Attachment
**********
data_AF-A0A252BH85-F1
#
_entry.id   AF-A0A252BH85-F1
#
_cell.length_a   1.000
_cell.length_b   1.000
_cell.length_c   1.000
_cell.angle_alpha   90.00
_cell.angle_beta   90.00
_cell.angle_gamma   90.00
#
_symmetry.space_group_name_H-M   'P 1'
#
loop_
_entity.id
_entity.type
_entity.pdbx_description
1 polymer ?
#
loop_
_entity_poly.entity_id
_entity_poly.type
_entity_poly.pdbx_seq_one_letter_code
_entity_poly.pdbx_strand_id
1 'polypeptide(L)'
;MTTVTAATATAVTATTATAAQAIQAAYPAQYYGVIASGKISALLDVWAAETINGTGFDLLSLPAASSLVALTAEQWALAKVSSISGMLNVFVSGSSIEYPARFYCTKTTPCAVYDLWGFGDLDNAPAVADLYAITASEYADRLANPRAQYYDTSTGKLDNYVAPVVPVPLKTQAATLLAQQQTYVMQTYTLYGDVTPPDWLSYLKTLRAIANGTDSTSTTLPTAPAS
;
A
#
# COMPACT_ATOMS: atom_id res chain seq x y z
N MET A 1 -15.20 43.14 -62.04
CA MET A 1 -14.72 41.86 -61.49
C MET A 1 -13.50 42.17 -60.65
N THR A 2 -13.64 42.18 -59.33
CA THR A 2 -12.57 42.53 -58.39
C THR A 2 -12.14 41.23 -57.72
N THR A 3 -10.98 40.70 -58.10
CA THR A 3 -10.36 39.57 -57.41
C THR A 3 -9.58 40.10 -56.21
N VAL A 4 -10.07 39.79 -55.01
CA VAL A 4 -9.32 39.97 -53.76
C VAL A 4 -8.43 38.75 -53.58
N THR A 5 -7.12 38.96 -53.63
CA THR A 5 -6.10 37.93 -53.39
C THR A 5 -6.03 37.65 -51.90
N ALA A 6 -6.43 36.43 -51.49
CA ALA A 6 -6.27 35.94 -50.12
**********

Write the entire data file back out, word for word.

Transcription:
data_AF-A0A252BH85-F1
#
_entry.id   AF-A0A252BH85-F1
#
_cell.length_a   1.000
_cell.length_b   1.000
_cell.length_c   1.000
_cell.angle_alpha   90.00
_cell.angle_beta   90.00
_cell.angle_gamma   90.00
#
_symmetry.space_group_name_H-M   'P 1'
#
loop_
_entity.id
_entity.type
_entity.pdbx_description
1 polymer ?
#
loop_
_entity_poly.entity_id
_entity_poly.type
_entity_poly.pdbx_seq_one_letter_code
_entity_poly.pdbx_strand_id
1 'polypeptide(L)'
;MTTVTAATATAVTATTATAAQAIQAAYPAQYYGVIASGKISALLDVWAAETINGTGFDLLSLPAASSLVALTAEQWALAKVSSISGMLNVFVSGSSIEYPARFYCTKTTPCAVYDLWGFGDLDNAPAVADLYAITASEYADRLANPRAQYYDTSTGKLDNYVAPVVPVPLKTQAATLLAQQQTYVMQTYTLYGDVTPPDWLSYLKTLRAIANGTDSTSTTLPTAPAS
;
A
#
# COMPACT_ATOMS: atom_id res chain seq x y z
N MET A 1 -15.20 43.14 -62.04
CA MET A 1 -14.72 41.86 -61.49
C MET A 1 -13.50 42.17 -60.65
N THR A 2 -13.64 42.18 -59.33
CA THR A 2 -12.57 42.53 -58.39
C THR A 2 -12.14 41.23 -57.72
N THR A 3 -10.98 40.70 -58.10
CA THR A 3 -10.36 39.57 -57.41
C THR A 3 -9.58 40.10 -56.21
N VAL A 4 -10.07 39.79 -55.01
CA VAL A 4 -9.32 39.97 -53.76
C VAL A 4 -8.43 38.75 -53.58
N THR A 5 -7.12 38.96 -53.63
CA THR A 5 -6.10 37.93 -53.39
C THR A 5 -6.03 37.65 -51.90
N ALA A 6 -6.43 36.43 -51.49
CA ALA A 6 -6.27 35.94 -50.12